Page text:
A new cast iron engine block with light alloy four-valve head was developed to suit the increased capacity. Designated RB26DETT, this engine displaced 2568cc thanks to a bore and stroke of 86mm and 73.7mm respectively. It had dual overhead camshafts and wet sump lubrication. Two Garrett T28 ceramic turbochargers were installed with an air-to-air intercooler. The ceramic route was taken as it offered better heat resistance than standard steel turbo rotors. Compression was set at 8.5:1 and a custom multipoint fuel injection system developed.
At the time Japanese manufacturers had a gentleman’s agreement that limited engines to 276bhp to avoid a horsepower war. The R32 GT-R officially developed 276bhp at 6800rpm but the true horsepower rating was 313bhp at 6800rpm. Peak torque was 260lb ft at 4400rpm.
Transmission was via the ATTESSA E-TS permanent four-wheel drive system, a five-speed manual gearbox, multi-plate hydraulic clutch and limited-slip differential.
Visually the GT-R was given a number of enhancements over standard R32 Skylines. The front bumper was redesigned. It housed a deep front spoiler, brake cooling ducts and an enlarged intake for the radiator. Another intake was located between the new ellipsoidal headlights. The shorter bonnet (like the front fenders) was now formed in lightweight aluminium. Body coloured side skirts were installed along with a bigger rear spoiler.
Colours were limited to Gun Grey Metallic, Crystal White, Black Pearl Metallic, Spark Silver Metallic and Greyish Blue Pearl.
Changes were made to the interior but like most Japanese cars of this era, there was an abundance of hard plastic in the cockpit. The GT-R came with high-backed sports seats trimmed in dark grey fabric, a three-spoke steering wheel with leather rim and a leather gear knob. A bank of three extra gauges were located on the centre console: an ammeter, oil temperature gauge and boost read out. The main instrument binnacle also housed a torque split gauge that showed how much power was being sent to the front diff. Air-conditioning was standard along with electric windows.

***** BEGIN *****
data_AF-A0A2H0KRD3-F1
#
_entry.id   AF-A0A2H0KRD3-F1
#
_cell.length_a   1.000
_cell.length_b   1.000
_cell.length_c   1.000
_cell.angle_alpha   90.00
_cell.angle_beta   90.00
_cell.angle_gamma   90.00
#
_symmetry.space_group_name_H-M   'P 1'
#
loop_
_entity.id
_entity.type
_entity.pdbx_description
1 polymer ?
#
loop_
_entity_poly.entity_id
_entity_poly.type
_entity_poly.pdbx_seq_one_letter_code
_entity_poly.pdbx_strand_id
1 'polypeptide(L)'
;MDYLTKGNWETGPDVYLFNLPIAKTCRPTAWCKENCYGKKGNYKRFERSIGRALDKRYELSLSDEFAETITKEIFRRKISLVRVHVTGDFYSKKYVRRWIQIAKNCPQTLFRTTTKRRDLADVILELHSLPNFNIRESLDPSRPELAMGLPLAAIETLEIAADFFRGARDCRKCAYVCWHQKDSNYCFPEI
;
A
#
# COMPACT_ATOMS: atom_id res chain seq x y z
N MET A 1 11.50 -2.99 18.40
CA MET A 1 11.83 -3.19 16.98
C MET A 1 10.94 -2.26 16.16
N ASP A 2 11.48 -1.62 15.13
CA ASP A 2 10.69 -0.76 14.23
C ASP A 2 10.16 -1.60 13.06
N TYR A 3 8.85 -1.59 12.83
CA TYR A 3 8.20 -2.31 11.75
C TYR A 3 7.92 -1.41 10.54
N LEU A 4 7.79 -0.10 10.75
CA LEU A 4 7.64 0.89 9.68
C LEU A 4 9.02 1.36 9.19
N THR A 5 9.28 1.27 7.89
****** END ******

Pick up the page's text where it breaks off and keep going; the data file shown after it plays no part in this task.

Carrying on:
The GT-R weighed in at 1430kg and had its top speed artificially limited to 112mph (180kph). Its true top speed was 165mph and 0-62mph took 5.6 seconds.
Production started on 24th August 1989 and customers could enhance their cars with a combination of parts from the Nismo Clubman Race Spec. catalogue.
In late 1991 a series of changes were made to the GT-R. Door bars were added for safety resulting in a 50kg weight increase. The headlight projectors were also modified, the oil pump drive was widened and the cylinder head modified for lightness and strength.
Between April and June of 1991 100 GT-Rs were built for the Australian market. These export cars came with a host of minor modifications including lights, badges, instrumentation, switchgear, upholstery and wiring. However, no major alterations were made to the base specification.
To celebrate the GT-R’s success in competition a V-spec package was made available from January 3rd 1993. Bigger brake discs were added (324mm front and 300mm rear) along with a bigger brake master cylinder, uprated Brembo calipers and 17-inch BBS wheels. On February 14th 1994 it was replaced by the V-spec II package that added a retuned ATTESA E-TS system and wider tyres (245/45 R17 instead of 225/45 R17).
Production ceased in November 1994 by which time 43,810 standard GT-Rs had been completed (including the 100 Australian-market examples).
Nissan had also produced two special variants not included in this total. First came the Nismo (RA) an Evolution model of which 560 were built between December 1989 and March 1990. 500 were required for homologation and the additional 60 turned into racers. This was followed in July 1991 by the Nismo N1 (ZN) designed for home market N1 racing. 245 were built.
Text copyright: Supercar Nostalgia
Photo copyright: Nissan - https://www.nissan-global.com